The decision to treat mild obstructive sleep apnea (OSA) often hinges on the presence of subjective daytime sleepiness. This study was done to identify clinical and polysomnographic features which correlate with subjective sleepiness in mild OSA.
Utilizing data from the Apnea Positive Pressure Long-term Efficacy Study, 199 participants with mild OSA were identified. Participants were grouped as “sleepy” or “non-sleepy” based on their responses to a question regarding excessive daytime sleepiness, and Epworth Sleepiness Scores. We compared demographic, clinical and baseline polysomnographic data between the groups.
The prevalence of subjective sleepiness was 74.4%. The sleepy group was younger (46.1 ± 12.6 vs. 53.3 ± 13.1 years, p=0.001), reported lower quality of life (4.5 ± 0.69 vs. 4.9 ± 0.61, p=0.0002), had higher depression scores (5.4 ± 4.7 vs. 3.1 ± 3.5, p=0.003) and reported more naps per week (2.6 ± 2.9 vs. 1.3 ± 1.9, p=0.01). Total sleep time and sleep efficiency were notably higher in the sleepy (254.2 ± 106 vs. 220.4 ± 114 min, p=0.08) and (80.2 ± 12.6 vs. 75.7 ± 14.9 %, p=0.06), approaching statistical significance. The non-sleepy group had slightly higher apnea hypopnea index (AHI: 12.2 ± 1.5 vs. 11.2 ± 2.4 events/hour, p=0.01) and worse desaturation indices.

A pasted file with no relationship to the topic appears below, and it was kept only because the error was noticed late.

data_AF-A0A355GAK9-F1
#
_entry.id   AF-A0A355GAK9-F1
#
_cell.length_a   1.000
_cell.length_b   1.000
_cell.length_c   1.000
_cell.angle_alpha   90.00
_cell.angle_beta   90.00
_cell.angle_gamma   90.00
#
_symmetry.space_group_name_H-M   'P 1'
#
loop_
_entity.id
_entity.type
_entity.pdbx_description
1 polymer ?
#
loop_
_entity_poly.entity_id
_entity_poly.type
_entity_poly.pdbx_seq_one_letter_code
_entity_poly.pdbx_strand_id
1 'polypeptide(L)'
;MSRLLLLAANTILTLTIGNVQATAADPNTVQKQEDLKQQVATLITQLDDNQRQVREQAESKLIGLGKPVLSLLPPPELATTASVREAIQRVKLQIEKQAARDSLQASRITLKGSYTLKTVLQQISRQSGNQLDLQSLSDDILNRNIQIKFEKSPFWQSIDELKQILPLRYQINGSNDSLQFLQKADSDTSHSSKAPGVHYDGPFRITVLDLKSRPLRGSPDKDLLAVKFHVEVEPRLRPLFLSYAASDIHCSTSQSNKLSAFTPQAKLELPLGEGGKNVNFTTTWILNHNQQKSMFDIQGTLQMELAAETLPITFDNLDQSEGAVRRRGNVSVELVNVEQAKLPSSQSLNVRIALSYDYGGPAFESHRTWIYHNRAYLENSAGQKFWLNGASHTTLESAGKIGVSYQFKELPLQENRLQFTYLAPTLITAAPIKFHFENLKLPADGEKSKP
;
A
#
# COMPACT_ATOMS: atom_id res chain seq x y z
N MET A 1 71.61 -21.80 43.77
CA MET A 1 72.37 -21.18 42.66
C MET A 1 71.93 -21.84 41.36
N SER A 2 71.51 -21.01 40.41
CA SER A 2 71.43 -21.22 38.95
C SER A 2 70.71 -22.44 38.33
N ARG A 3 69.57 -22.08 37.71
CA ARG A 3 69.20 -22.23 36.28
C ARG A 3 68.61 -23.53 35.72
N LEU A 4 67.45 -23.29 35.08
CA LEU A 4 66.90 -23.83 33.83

Subjective sleepiness in mild OSA is associated with younger age, worsened mood and quality of life. This study suggests that evidence of increased sleep drive on polysomnography may correlate with subjective sleepiness in mild OSA.